Turkey’s tourism industry headed for a good year

Turkey’s tourism industry is headed for a good year as revenues nearly tripled in the second quarter, which is a boon for the vulnerable economy hit by both the COVID-19 pandemic and a sharp decline of local currency, tourism professionals and operators said.


The number of foreign tourists visiting Turkey’s in the quarter rebounded to near pre-pandemic levels as the lira’s decline against hard currencies turned Turkey into a more attractive holiday destination.

Tourism revenues are key to the Turkish economy suffering from a currency slump, near 80-percent inflation and widening current account deficit.

Türkiye earned 8.72 billion U.S. dollars from tourism in the second quarter of this year, almost tripled from 3 billion dollars in the April-June period of 2021, putting it on course for a record year, according to local media.

Last week, Turkish President Recep Tayyip Erdogan said Turkey aimed to generate 37 billion dollars in tourism revenues and attract 47 million tourists this year, revising the previous targets of 35 billion dollars and 45 million tourists.

Volkan Yorulmaz, a board member of the Professional Hotel Managers Association of Turkey, said that this would be a reasonable target.

“Overall it won’t be difficult to reach a total of over 40 million foreign visitors this year, including 12 million in Antalya, Turkey’s biggest tourism hub on the sunny Mediterranean coast,” Yorulmaz said.

Yorulmaz, who is also the general manager of a holiday resort in Antalya’s Kemer District which is very popular with Russian and Ukrainian tourists, explained that the industry had a rough start this year due to the Russia-Ukraine conflict that broke out in February.

“We were hopeful for this year until the conflict erupted. Our expectations decreased a bit, but after May, the industry rebounded here with the arrivals of Russian planes which were a relief for the sector,” he said.

In April-June 2022, foreign visitors jumped to 11.9 million from 4.07 million a year ago, according to recently announced official data.

Tourism income in the first half of the year totaled 14.2 billion dollars, exceeding that of 2019, which was a record year.

Tour company owner Recep Yavuz, who conducted research on the tourism activity in Antalya by interviewing more than 50 hotels, said that daily entries of foreign tourists amounted to 80,000-90,000.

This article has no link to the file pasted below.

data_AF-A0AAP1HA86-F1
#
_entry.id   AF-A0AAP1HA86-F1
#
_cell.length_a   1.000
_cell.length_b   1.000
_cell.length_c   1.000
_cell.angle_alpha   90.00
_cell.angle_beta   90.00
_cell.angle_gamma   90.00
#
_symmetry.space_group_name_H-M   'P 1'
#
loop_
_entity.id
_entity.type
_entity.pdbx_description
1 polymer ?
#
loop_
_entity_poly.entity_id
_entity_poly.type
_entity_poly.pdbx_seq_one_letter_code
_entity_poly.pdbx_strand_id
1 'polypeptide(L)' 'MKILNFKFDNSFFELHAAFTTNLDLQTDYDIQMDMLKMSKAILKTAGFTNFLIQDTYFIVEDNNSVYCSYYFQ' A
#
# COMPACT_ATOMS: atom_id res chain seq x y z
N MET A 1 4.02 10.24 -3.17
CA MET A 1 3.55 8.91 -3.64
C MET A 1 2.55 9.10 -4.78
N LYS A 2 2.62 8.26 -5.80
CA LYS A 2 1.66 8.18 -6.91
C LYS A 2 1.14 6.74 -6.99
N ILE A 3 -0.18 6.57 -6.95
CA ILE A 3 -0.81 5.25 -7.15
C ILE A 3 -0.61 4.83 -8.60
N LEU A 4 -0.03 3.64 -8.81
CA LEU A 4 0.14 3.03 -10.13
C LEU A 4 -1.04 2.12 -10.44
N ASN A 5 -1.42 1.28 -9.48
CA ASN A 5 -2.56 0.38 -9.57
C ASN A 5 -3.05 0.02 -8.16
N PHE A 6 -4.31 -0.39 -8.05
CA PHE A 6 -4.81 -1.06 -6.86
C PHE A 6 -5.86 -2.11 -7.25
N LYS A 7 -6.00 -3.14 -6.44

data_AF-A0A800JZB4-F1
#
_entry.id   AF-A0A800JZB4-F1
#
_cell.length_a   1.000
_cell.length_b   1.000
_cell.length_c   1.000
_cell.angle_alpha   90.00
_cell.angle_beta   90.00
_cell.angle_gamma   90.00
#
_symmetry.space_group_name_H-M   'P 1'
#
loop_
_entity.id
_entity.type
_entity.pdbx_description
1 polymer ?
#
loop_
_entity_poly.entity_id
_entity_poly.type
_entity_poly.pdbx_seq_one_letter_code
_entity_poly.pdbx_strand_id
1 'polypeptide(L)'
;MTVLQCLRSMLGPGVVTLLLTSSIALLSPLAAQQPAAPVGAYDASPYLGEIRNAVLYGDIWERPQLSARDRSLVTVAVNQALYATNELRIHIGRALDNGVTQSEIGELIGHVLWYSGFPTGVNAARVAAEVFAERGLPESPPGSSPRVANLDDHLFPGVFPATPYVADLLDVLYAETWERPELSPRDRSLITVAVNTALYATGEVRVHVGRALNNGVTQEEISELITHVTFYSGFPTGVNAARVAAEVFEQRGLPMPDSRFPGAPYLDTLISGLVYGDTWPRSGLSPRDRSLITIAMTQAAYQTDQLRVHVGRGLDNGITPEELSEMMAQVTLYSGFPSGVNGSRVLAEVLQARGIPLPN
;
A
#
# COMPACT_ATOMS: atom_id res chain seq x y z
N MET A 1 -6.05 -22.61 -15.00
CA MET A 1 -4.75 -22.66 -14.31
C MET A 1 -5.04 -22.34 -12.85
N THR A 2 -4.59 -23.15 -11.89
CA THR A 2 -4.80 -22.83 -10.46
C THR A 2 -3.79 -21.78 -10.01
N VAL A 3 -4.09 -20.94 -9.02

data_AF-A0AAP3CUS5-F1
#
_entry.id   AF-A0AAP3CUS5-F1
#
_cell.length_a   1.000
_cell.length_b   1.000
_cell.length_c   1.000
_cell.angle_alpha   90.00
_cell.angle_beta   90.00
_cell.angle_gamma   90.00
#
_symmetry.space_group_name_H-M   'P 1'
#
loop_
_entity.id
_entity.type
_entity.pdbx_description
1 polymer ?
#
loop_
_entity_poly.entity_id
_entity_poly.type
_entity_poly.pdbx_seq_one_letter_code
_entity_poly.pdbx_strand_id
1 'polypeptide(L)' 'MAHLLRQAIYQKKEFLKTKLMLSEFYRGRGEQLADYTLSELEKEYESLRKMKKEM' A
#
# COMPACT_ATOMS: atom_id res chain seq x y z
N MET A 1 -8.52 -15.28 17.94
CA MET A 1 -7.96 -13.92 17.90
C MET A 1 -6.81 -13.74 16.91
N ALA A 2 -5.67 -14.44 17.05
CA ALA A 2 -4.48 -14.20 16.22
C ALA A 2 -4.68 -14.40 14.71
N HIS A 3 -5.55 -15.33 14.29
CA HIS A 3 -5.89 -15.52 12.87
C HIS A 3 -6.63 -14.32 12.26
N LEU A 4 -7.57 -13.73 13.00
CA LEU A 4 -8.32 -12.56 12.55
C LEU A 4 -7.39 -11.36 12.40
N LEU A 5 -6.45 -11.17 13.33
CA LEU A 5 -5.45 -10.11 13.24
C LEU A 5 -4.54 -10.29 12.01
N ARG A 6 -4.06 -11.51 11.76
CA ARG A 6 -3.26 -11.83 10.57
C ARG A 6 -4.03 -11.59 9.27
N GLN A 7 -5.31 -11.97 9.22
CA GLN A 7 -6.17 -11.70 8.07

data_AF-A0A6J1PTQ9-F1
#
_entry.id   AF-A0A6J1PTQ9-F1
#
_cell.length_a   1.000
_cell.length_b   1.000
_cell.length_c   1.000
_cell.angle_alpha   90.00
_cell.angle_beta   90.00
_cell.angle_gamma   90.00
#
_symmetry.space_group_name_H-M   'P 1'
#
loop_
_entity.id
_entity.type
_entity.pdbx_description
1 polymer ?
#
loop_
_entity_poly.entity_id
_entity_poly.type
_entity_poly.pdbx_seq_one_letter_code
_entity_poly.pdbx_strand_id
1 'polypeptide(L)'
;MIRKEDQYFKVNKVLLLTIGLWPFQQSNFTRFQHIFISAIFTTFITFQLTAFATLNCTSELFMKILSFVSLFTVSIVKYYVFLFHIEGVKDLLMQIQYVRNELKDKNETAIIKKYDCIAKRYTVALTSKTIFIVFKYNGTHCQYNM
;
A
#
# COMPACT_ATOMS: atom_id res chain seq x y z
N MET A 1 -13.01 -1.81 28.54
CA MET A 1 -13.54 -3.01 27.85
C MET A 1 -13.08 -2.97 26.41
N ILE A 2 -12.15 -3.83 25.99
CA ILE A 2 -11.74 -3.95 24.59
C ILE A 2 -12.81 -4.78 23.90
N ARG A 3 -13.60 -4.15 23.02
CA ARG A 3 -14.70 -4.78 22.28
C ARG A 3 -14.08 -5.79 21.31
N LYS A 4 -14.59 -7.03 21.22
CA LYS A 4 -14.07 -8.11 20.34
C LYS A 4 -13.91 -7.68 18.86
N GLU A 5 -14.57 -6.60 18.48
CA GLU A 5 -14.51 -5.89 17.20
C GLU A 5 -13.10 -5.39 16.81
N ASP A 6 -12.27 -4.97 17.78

Explaining that many hotels are trying to direct those who cannot find a place in Antalya to alternative destinations, Yavuz said that local hotels are currently experiencing the peak season of 2019.

“It looks like Antalya will experience one of its best seasons this year,” Yavuz said.


Turkey is seeking to boost revenues from tourism to help finance a current account deficit that has widened alarmingly this year due to interest rate cuts and a surge in imports.

The bigger deficit has pressured the lira, which has lost more than a quarter of its value in 2022 after declining by 45 percent last year.

Tourism revenues account for nearly 9 percent of the Turkish gross domestic product (GDP) and are crucial for the already low foreign currency reserves of the Turkish central bank.

Turkey’s tourism GDP is projected to grow by 5.5 percent annually over the next decade, according to the World Travel and Tourism Council, representing 11 percent of the total economy by 2032.

Irfan Karsli, head of the Istanbul-based Ligarba Travel Agency, told Xinhua that things were looking better for this year, especially with a big rise in numbers of tourists visiting Istanbul, the biggest Turkish city and another tourism hub.

“Istanbul is one of the top 50 most visited cities in the world. Also, the decline of the lira has been good news for foreign holidaymakers,” he said.

With its rich cultural and historical landmarks, Istanbul has become one of the largest shopping centers in the European region by consisting of shopping malls and centers. According to the official statistics, 7 million tourists visited Istanbul in the first six months of this year.

Known as a destination where Europe meets Asia that has long captivated visitors with its culture, art and history, Istanbul is seeing a significant increase in the number of foreigners arriving for shopping and health tourism, Karsli added.

But while the decline of the lira turned Turkey into a more affordable destination than rivals Greece, Italy or Spain, it has a downside for Turkish resorts which have seen their costs skyrocketing because of high inflation.

“Runaway inflation has considerably increased our costs in every single field. Income is high but so are costs, and some resorts and hotels are suffering from this situation,” Yorulmaz added. ■

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